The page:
But please, if you know how to convincingly turn a male Saudi into a Swedish woman, please, do share. There are many trannies who could use your advice (no offense intended, ladies).

Constant, I know from

Constant, I know from reading your postings here that you're pretty intelligent but you're being very obtuse here. Do you really think it's hard to recruit someone who doesn't fit the standard terrorist profile? During "The Troubles", one IRA tactic was to hold an ordinary civilian's family hostage and force him to drive a bomb-laden car into the barracks. A bomber needn't even be a "believer" to be useful so long as there's something at stake for him or her.

Your imagination versus empirical reality

You're the one being obtuse because you keep on making points that I already replied to, which demonstrates that you're not comprehending.

Like I said before, it's a question of numbers. Can the bad guys sometimes recruit somebody who doesn't fit? Doubtless. Can they do so enough to more than compensate for the impact of profiling on the vast majority of their potential recruits? If you'll look above I raised this point and a warning against anecdotes ("one IRA tactic" - with no numbers). Your imagination is not enough to decide the issue. The Israelis seem to think that profiling works for them, and at least one widely read "security expert" seems to agree with them. So that goes against the blanket statement that the bad guys can game the system to the point where it would be better not to profile.

Here are two complications which affect the ability to use a coerced recruit:

1) Something like 9/11. I'll just leave you to think about the logistics of trying to carry that out with coerced recruits.

2) Profiling is not just racial. Suppose terrorists try to get around racial profiling by coercively recruiting. So now you have an average Swedish grandma carrying a bomb into an airplane. Do you think she can really get by unnoticed? Close your eyes and imagine how she feels, then imagine how she behaves, then imagine how she looks to others. I mean, come on. It's trivial to tell the difference between a genuine smile and a forced smile, but it's supposed to be impossible to tell the difference between a Swedish grandmother going on vacation and a Swedish grandmother who has been forced to carry a bomb that's going to kill her along with everyone else because her family is being threatened with death?

Do you really think it's

Do you really think it's hard to recruit someone who doesn't fit the standard terrorist profile?

Yes, it is. The supply is much thinner, the cost are much higher.
Assume you have two categories of people, A and B. Let p(X|A) and p(X|B) be the probability of checking person X knowing it is of type A or B. You are suggestion to use the rule p(X|A) = p(X|B). Now assume the cost for the terrorist of finding a willing kamikaze in A is c(A) and in B is c(B), further assume that the gain to them of committing a terrorist act is G and that they only lose the cost of finding the terrorist if the plot misses. If they choose someone in A, their expected gain is (1-p(X|A))G-c(A), same for B. If terrorist maximize expected gain (let's say for now terrorists are not risk averse) the optimal probability of checking are such that p(X|B)-p(X|A) = [c(A)-c(B)]/G... p(X|B) = P(X)+(c(B)-c(A))/G.P(A) and p(X|A) = P(X)-(c(B)-c(A))/G.P(B), the optimal conditional probabilities should be equal if and only if the cost are the same to the terrorist, otherwise their should be at least some bias which means some profiling. This result remain if you make the terrorists risk averse.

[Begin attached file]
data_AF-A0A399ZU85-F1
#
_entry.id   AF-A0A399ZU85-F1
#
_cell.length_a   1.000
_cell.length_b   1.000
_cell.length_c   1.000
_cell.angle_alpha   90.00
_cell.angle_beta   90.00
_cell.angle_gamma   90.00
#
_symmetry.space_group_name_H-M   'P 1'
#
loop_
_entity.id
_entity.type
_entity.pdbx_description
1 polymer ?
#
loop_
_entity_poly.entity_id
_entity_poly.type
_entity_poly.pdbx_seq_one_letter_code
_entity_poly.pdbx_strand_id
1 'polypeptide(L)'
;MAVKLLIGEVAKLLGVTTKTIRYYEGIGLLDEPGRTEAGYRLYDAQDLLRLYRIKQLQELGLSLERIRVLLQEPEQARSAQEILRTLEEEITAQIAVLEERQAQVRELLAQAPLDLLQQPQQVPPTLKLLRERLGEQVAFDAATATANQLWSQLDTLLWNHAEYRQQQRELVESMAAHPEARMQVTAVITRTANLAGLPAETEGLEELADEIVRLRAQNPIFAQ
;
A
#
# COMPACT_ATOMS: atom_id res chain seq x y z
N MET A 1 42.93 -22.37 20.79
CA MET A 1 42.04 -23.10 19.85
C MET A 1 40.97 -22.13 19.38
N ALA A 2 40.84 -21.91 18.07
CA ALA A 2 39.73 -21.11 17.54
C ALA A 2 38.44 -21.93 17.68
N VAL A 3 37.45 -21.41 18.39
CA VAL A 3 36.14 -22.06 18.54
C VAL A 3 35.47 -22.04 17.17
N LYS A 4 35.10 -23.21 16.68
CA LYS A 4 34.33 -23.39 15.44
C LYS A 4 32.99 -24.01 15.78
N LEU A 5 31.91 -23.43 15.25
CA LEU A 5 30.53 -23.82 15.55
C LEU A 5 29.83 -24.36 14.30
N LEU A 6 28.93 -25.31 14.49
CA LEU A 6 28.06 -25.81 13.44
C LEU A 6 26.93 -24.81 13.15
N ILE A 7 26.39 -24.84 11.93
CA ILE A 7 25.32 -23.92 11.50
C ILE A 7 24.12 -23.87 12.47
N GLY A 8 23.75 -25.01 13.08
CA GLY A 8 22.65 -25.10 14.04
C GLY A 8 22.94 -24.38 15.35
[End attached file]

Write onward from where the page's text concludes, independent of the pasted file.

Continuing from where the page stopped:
You may very well argue that c(B)-c(A) << G and thus that the amount of optimal profiling to perform is almost minimal, but a priori you cannot just say "it doesn't work".

I for myself most definitely agree with Constant, there are many categories for which the cost of recruiting is so high that they should almost never be checked, while others should almost always be checked.

I'll try with an example

I'll try to do this with an example.

Suppose it costs one dollar to recruit a Saudi, and ten dollars to recruit a Swede, suppose both kinds of recruits are fully effective assuming that they are not caught, and suppose the terrorist organization has ten dollars. Suppose that over a span of ten days ten airplanes in total board with ten passengers each, one Saudi and nine Swedes (to reflect the low density of Saudis on Swedish flights).

Airport security can perform the following two kinds of check with equal cost:

1) Check all 10 Saudis and check no Swedes. If the Saudi is a terrorist the Saudi is caught.

2) Randomly check 1 out of 10 passengers regardless of nationality. If the randomly checked person is a terrorist then the randomly checked person is caught.

If Airport security does (1) then the terrorists cannot use Saudis and must recruit a Swede. They can recruit one Swede. So one airplane will explode.

If Airport security does (2) then the terrorists can use both Saudis and Swedes with equal probability of success. Because Saudis are cheaper, they recruit ten Saudis. On average, only one of these Saudis is caught. So on average, nine airplanes will explode.

In this model, profiling by nationality improves the situation nine-fold. This model takes into account:

(a) differential cost to the terrorists of different kinds of recruit
(b) fixed resources of the terrorists
(c) fixed resources of airport security

Notice the following: profiling (option 1) opens up a predictable hole in airport security. Without profiling (option 2), everyone is equally likely to be checked, so there are in a sense "no holes" in security. Nevertheless, because of the fixed resources of airport security, the result is not that everyone is checked but that one out of ten are randomly checked. This opens up a probabilistic "hole" in security.

The "hole" in option 1 is in a sense more "open" to the terrorists (since no Swede is checked at all) but it is a costly hole to step through, because Swedes are costly to recruit. The "hole" in option 2 is slightly less open because there is always a small chance that a particular terrorist will be checked, but the fixed resources of airport security means that the probability of being checked is only 1 in 10. So if you recruit ten Saudi terrorists, you can expect that nine will get through.

Got a comment tied up in

I have a comment tied up in moderation???

Is it ok to repost it or should I wait for it to appear?

My solution

The last time my comment got tied up in moderation I waited for several seconds and then lost my patience and posted that sucker as a blog entry. That's actually this blog entry.

Sorry about that, Frank. I

Sorry about that, Frank. I think I got the one you're talking about.